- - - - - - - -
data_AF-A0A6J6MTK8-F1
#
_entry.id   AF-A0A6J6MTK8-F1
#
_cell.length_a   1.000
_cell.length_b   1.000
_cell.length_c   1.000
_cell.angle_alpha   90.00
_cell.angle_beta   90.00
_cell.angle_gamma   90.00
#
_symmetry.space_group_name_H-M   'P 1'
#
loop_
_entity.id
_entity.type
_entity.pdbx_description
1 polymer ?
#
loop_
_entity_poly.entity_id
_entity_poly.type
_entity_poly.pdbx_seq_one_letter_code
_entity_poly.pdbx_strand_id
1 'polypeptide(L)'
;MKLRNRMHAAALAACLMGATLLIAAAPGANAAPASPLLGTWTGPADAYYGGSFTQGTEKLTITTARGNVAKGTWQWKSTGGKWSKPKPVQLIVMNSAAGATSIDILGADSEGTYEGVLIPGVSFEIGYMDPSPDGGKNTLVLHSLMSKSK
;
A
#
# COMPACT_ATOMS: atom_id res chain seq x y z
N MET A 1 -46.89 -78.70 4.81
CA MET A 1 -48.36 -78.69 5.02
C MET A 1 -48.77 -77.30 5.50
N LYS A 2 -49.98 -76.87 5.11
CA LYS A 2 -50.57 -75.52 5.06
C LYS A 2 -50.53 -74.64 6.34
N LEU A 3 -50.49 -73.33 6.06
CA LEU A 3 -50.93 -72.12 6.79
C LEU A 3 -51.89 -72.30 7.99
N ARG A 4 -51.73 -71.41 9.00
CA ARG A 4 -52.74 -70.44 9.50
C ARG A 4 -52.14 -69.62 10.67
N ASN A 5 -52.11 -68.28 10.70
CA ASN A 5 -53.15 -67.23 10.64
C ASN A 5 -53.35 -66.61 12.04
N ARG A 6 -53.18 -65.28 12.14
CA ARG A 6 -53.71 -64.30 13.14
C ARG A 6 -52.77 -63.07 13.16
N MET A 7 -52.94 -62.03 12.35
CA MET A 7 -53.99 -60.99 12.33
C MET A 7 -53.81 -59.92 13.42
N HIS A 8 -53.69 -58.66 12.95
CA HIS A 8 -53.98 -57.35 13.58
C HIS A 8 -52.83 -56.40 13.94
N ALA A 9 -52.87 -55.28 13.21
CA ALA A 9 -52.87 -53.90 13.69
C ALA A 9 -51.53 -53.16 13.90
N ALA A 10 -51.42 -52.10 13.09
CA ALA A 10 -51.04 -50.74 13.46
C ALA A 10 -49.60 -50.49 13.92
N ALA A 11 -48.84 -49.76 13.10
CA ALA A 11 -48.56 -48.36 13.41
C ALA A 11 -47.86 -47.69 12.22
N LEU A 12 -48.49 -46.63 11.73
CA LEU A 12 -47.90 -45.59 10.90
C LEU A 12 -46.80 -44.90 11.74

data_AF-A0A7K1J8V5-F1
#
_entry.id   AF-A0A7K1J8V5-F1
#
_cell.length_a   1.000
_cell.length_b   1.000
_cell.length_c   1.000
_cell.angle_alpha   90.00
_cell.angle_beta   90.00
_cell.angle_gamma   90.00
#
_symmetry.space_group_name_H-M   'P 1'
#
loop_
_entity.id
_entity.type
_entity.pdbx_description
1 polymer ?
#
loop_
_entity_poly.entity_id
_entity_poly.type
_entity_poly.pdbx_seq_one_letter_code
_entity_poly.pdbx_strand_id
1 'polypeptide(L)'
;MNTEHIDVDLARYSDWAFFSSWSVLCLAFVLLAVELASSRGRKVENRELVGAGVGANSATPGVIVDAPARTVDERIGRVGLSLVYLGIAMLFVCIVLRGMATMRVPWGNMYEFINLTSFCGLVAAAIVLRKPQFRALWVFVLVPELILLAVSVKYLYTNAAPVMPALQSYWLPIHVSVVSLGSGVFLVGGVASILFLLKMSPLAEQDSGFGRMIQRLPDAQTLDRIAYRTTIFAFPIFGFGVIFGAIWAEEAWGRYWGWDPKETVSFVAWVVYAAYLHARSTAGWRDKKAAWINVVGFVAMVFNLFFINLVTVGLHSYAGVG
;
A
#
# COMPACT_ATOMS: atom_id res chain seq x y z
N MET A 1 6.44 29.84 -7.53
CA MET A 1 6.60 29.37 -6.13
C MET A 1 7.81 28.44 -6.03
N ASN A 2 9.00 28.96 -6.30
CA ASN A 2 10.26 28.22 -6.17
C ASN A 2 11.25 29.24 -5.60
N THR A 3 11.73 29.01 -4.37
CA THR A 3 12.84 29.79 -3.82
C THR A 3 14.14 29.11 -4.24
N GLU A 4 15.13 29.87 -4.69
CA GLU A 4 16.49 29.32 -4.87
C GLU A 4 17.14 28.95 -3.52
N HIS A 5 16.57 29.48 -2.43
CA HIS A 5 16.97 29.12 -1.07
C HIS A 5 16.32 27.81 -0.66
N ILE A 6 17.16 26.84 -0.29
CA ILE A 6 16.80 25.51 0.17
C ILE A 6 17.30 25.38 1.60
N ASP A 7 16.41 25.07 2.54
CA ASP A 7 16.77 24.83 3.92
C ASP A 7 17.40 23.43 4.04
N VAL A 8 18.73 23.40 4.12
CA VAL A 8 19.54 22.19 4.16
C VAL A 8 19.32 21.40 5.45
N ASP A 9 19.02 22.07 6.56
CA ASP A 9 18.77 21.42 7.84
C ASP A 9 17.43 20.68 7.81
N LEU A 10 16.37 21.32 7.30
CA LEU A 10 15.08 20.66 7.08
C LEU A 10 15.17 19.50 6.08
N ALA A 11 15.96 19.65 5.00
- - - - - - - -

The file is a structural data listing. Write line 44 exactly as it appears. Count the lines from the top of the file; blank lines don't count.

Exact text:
CA ASN A 5 -53.15 -67.23 10.64